AMP Ltd., Australia’s largest life insurer and fund manager, rose the most in more than five years in Sydney trading after it reported a smaller-than-expected decline in full-year profit.
The shares rose 9.3 percent to A$4.92 at the close of trading, the largest increase since November 2008. Net income fell 2.5 percent to A$672 million ($605 million) in the year ended Dec. 31 from A$689 million a year earlier on higher life insurance claims and policy lapses, the Sydney-based company said in a statement today. The profit was above the A$663.8 million mean estimate of nine analysts surveyed by Bloomberg.
“The absence of another downgrade at the life insurance business is quite positive,” Brett Le Mesurier, a Sydney-based analyst at BBY Ltd., said by phone. “It appears they may have turned a corner with the business.”
AMP Chief Executive Officer Craig Meller, who took over on Jan. 1, is undertaking a review of the company’s operations as it battles a higher-than-expected number of insurance policies that are being canceled. The review, which spans all its business units, may result in job losses, spokeswoman Amanda Wallace said Jan. 17.
The company’s wealth protection unit, which includes the insurance business, reported an operating profit of A$64 million, down from A$190 million a year earlier. It is seeking to raise premiums as a growing number of income-protection policies are not being renewed, and has adopted new claims management rules to stem resulting losses.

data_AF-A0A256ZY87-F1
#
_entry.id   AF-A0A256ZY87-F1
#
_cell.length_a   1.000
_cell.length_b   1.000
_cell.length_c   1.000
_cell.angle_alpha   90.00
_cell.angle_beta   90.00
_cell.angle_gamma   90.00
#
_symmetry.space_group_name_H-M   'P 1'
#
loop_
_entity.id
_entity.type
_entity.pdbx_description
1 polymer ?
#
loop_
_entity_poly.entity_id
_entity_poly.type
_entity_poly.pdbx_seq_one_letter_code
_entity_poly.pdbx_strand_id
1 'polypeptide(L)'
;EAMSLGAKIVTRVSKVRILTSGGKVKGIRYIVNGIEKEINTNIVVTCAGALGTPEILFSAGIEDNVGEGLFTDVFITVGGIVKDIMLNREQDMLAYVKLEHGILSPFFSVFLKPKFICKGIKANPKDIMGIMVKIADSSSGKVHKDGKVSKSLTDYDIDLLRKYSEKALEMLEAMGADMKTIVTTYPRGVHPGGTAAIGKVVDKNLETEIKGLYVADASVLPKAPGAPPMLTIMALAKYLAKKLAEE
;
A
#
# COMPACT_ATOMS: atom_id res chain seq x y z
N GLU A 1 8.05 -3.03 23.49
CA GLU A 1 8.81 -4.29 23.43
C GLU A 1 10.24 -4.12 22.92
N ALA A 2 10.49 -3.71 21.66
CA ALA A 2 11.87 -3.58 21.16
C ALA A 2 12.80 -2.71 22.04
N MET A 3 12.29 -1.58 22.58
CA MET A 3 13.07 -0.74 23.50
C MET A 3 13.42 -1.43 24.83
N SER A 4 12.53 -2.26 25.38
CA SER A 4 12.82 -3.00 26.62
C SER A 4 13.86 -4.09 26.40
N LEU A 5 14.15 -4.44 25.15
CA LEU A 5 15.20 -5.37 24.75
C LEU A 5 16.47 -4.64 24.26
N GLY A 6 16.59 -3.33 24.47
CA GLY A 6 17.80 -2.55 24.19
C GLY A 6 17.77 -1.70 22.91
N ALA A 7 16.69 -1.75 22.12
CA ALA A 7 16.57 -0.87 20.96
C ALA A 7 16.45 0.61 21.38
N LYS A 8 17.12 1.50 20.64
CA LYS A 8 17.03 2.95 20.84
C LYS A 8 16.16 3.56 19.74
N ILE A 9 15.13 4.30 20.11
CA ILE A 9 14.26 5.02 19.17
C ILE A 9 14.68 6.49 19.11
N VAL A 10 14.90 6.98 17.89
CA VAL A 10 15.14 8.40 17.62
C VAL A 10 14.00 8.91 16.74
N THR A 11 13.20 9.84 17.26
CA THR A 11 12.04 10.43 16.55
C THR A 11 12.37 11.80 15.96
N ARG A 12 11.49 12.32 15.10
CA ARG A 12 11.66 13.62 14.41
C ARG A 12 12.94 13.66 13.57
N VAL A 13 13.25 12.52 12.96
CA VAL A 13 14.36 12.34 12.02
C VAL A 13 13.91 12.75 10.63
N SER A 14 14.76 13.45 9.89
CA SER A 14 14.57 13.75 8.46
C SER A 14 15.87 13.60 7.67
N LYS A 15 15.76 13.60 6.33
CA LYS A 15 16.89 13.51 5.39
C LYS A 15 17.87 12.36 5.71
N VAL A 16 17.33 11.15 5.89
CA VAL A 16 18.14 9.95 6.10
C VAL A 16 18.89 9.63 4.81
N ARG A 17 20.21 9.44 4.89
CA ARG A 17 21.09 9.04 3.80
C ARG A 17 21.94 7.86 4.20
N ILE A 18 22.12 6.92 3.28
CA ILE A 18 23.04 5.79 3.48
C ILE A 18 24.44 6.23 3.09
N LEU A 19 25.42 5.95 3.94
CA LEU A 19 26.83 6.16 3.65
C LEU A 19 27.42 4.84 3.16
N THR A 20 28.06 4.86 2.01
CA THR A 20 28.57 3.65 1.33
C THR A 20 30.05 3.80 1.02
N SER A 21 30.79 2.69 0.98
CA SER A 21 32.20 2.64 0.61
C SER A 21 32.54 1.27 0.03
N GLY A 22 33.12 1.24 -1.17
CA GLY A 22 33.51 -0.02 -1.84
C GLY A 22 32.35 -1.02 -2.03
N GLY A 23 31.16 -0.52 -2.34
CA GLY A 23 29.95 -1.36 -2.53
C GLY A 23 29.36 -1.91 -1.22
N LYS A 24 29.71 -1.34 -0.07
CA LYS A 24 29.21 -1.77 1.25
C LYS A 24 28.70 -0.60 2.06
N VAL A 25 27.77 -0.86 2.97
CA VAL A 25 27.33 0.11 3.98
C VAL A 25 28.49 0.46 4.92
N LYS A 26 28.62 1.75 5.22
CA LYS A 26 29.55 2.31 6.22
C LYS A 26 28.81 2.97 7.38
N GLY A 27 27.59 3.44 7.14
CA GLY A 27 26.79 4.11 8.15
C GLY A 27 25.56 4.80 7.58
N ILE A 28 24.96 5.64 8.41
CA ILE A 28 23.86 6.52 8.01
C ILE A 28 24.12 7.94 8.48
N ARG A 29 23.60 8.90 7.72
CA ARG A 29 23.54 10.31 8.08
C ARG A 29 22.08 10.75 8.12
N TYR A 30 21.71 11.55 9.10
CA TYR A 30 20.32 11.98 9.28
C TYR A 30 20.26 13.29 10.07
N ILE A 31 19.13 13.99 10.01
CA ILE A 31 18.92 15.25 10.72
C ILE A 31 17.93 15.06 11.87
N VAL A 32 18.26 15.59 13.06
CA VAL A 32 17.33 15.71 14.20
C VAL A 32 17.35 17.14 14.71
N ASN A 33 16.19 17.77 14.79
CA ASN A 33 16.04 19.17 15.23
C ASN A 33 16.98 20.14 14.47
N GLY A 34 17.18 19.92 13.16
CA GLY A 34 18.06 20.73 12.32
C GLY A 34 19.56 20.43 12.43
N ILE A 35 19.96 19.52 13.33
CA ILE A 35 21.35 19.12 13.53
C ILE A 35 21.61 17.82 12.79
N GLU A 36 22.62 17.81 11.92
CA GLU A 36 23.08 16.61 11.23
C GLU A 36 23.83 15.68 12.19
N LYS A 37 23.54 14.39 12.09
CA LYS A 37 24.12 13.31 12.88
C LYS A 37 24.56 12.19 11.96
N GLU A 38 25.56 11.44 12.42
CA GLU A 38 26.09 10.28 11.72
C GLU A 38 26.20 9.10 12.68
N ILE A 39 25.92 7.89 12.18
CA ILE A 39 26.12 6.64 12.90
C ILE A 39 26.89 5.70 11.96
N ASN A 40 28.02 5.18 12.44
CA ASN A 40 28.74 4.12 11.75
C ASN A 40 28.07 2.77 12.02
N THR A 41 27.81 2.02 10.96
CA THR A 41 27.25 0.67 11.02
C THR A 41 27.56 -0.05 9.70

“Reassuringly, the second-half life insurance results have come out no worse than expectations,” Toby Langley, Sydney-based analyst at Nomura Holdings Inc., said by phone. “The management commentary is realistically downbeat about the turnaround prospects for the life business. It will likely be a number of years before AMP can deliver a result in that business that bears any resemblance to the 2012 performance.”
AMP announced a final dividend of 11.5 Australian cents per share, the same as the dividend paid for the first half of the year and representing a full-year payout ratio of 80 percent of underlying profits. Its surplus capital was A$2.1 billion, compared with A$1.7 billion as at June 30, it said.
The company’s cost-to-income ratio rose to 49.4 percent in 2013, from 47.3 percent in the prior year, as lower revenue offset cost controls, AMP said. Its underlying profit fell to A$849 million for the period from A$950 million, it said.
Operating earnings at the wealth management business climbed 16 percent on stronger net cash flows and improved markets, while its funds management unit, AMP Capital, reported unchanged operating earnings, the company said in today’s statement.
The company reiterated its expectations for pretax recurring cost savings of A$200 million by the end of 2016 and investment of A$320 million in the next three years to achieve the target, it said.